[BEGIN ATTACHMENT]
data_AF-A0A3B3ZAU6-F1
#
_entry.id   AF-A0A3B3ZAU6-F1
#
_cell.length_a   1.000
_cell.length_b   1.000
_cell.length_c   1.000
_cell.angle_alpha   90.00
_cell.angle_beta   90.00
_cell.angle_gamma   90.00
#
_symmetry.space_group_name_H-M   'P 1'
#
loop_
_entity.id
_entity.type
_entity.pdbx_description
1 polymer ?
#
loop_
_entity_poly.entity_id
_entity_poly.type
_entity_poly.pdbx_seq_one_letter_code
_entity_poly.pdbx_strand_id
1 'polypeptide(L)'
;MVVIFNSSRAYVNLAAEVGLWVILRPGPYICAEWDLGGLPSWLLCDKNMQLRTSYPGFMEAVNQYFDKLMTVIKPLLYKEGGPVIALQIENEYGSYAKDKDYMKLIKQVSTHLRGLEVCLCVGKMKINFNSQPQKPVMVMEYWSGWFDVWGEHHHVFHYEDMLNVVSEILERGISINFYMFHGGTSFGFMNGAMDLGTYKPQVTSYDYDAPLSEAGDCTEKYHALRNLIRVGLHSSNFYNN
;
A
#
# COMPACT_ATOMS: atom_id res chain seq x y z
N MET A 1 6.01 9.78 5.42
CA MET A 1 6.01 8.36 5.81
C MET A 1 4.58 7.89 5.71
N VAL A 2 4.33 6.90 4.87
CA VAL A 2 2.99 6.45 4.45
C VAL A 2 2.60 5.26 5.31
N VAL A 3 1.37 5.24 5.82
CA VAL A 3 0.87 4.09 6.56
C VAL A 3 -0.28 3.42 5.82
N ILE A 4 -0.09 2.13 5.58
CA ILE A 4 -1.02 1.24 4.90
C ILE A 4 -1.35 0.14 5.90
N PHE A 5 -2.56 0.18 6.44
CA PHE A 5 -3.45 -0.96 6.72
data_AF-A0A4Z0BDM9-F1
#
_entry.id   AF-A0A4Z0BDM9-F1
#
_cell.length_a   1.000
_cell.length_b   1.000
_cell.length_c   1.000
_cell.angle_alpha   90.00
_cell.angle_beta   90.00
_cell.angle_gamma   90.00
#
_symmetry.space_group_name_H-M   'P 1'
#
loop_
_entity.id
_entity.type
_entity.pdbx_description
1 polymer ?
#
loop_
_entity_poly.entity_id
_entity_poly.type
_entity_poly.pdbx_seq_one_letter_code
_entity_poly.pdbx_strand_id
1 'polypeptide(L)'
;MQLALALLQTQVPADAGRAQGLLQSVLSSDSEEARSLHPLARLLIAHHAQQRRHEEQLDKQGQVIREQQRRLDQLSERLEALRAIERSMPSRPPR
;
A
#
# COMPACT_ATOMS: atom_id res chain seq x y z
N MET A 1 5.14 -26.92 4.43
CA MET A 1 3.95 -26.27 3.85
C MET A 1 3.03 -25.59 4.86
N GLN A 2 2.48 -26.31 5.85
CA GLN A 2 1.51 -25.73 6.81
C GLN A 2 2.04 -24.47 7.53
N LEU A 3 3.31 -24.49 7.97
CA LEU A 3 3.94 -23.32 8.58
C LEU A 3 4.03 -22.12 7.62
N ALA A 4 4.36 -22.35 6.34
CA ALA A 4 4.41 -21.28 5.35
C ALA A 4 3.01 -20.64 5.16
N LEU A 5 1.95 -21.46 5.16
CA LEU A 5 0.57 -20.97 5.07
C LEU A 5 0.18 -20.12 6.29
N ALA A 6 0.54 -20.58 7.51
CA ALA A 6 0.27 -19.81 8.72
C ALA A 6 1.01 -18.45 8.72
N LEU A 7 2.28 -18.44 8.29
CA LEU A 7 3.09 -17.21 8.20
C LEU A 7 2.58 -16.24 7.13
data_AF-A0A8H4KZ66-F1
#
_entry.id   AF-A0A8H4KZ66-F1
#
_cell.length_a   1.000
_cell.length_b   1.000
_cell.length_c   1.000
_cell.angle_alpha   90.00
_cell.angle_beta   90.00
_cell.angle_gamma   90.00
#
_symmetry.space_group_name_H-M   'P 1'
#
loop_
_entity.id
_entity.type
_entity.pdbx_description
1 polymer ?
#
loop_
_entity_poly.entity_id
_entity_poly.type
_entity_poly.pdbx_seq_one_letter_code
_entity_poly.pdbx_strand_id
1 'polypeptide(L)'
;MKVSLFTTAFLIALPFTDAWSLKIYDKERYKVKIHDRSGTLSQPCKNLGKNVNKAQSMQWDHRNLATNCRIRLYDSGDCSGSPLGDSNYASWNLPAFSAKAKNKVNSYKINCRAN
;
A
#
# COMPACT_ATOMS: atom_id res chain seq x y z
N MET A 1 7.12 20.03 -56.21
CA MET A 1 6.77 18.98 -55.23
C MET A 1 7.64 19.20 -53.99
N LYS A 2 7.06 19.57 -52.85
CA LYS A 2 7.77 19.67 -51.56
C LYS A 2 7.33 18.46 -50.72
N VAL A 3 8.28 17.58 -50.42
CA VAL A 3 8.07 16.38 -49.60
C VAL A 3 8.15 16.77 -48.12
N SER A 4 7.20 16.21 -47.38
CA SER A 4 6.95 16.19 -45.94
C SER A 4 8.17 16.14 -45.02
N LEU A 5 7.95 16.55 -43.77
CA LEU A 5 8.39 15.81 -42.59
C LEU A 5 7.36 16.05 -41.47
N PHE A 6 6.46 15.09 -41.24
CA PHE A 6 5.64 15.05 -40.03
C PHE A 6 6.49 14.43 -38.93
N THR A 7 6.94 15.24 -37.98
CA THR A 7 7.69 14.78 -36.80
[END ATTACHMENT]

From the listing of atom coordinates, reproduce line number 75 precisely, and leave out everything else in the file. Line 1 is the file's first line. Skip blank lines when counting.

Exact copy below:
N MET A 1 5.14 -26.92 4.43